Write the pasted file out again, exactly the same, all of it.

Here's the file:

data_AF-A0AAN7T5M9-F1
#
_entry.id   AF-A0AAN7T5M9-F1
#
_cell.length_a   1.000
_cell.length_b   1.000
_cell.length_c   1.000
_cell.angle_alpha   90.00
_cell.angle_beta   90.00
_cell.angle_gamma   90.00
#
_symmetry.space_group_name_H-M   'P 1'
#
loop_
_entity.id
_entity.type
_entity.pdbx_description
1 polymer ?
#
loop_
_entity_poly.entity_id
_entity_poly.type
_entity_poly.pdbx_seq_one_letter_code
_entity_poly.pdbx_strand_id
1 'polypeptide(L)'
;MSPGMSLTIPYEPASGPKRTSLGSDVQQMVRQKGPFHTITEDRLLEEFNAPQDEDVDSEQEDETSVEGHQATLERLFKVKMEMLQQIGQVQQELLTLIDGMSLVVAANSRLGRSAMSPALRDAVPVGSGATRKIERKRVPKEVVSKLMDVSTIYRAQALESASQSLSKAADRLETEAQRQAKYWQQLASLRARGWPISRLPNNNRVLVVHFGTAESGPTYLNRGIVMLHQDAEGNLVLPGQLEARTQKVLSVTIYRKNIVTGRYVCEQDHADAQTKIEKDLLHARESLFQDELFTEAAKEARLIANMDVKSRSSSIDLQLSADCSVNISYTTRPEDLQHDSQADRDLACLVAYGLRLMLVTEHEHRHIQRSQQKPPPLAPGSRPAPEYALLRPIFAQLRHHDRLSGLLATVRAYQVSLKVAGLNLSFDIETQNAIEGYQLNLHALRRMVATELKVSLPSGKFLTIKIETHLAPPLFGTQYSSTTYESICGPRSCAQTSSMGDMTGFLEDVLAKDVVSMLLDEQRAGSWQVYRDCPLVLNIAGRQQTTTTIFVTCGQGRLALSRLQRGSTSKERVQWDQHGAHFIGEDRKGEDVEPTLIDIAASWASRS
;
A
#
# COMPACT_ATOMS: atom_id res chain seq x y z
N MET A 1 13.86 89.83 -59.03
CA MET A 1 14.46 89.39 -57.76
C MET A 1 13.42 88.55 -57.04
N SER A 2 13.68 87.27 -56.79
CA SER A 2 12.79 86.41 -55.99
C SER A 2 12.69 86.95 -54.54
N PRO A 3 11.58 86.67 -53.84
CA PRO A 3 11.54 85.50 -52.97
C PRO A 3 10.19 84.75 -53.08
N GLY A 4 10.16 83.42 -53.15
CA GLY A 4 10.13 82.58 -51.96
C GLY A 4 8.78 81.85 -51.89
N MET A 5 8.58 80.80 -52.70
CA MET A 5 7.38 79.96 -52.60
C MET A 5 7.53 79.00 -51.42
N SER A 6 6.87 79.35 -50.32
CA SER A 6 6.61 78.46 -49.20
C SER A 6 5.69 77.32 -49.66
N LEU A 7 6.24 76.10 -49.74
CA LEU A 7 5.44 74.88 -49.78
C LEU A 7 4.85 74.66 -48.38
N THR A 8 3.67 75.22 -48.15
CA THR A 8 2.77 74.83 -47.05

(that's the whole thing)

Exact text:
data_AF-A0AAN7T5M9-F1
#
_entry.id   AF-A0AAN7T5M9-F1
#
_cell.length_a   1.000
_cell.length_b   1.000
_cell.length_c   1.000
_cell.angle_alpha   90.00
_cell.angle_beta   90.00
_cell.angle_gamma   90.00
#
_symmetry.space_group_name_H-M   'P 1'
#
loop_
_entity.id
_entity.type
_entity.pdbx_description
1 polymer ?
#
loop_
_entity_poly.entity_id
_entity_poly.type
_entity_poly.pdbx_seq_one_letter_code
_entity_poly.pdbx_strand_id
1 'polypeptide(L)'
;MSPGMSLTIPYEPASGPKRTSLGSDVQQMVRQKGPFHTITEDRLLEEFNAPQDEDVDSEQEDETSVEGHQATLERLFKVKMEMLQQIGQVQQELLTLIDGMSLVVAANSRLGRSAMSPALRDAVPVGSGATRKIERKRVPKEVVSKLMDVSTIYRAQALESASQSLSKAADRLETEAQRQAKYWQQLASLRARGWPISRLPNNNRVLVVHFGTAESGPTYLNRGIVMLHQDAEGNLVLPGQLEARTQKVLSVTIYRKNIVTGRYVCEQDHADAQTKIEKDLLHARESLFQDELFTEAAKEARLIANMDVKSRSSSIDLQLSADCSVNISYTTRPEDLQHDSQADRDLACLVAYGLRLMLVTEHEHRHIQRSQQKPPPLAPGSRPAPEYALLRPIFAQLRHHDRLSGLLATVRAYQVSLKVAGLNLSFDIETQNAIEGYQLNLHALRRMVATELKVSLPSGKFLTIKIETHLAPPLFGTQYSSTTYESICGPRSCAQTSSMGDMTGFLEDVLAKDVVSMLLDEQRAGSWQVYRDCPLVLNIAGRQQTTTTIFVTCGQGRLALSRLQRGSTSKERVQWDQHGAHFIGEDRKGEDVEPTLIDIAASWASRS
;
A
#
# COMPACT_ATOMS: atom_id res chain seq x y z
N MET A 1 13.86 89.83 -59.03
CA MET A 1 14.46 89.39 -57.76
C MET A 1 13.42 88.55 -57.04
N SER A 2 13.68 87.27 -56.79
CA SER A 2 12.79 86.41 -55.99
C SER A 2 12.69 86.95 -54.54
N PRO A 3 11.58 86.67 -53.84
CA PRO A 3 11.54 85.50 -52.97
C PRO A 3 10.19 84.75 -53.08
N GLY A 4 10.16 83.42 -53.15
CA GLY A 4 10.13 82.58 -51.96
C GLY A 4 8.78 81.85 -51.89
N MET A 5 8.58 80.80 -52.70
CA MET A 5 7.38 79.96 -52.60
C MET A 5 7.53 79.00 -51.42
N SER A 6 6.87 79.35 -50.32
CA SER A 6 6.61 78.46 -49.20
C SER A 6 5.69 77.32 -49.66
N LEU A 7 6.24 76.10 -49.74
CA LEU A 7 5.44 74.88 -49.78
C LEU A 7 4.85 74.66 -48.38
N THR A 8 3.67 75.22 -48.15
CA THR A 8 2.77 74.83 -47.05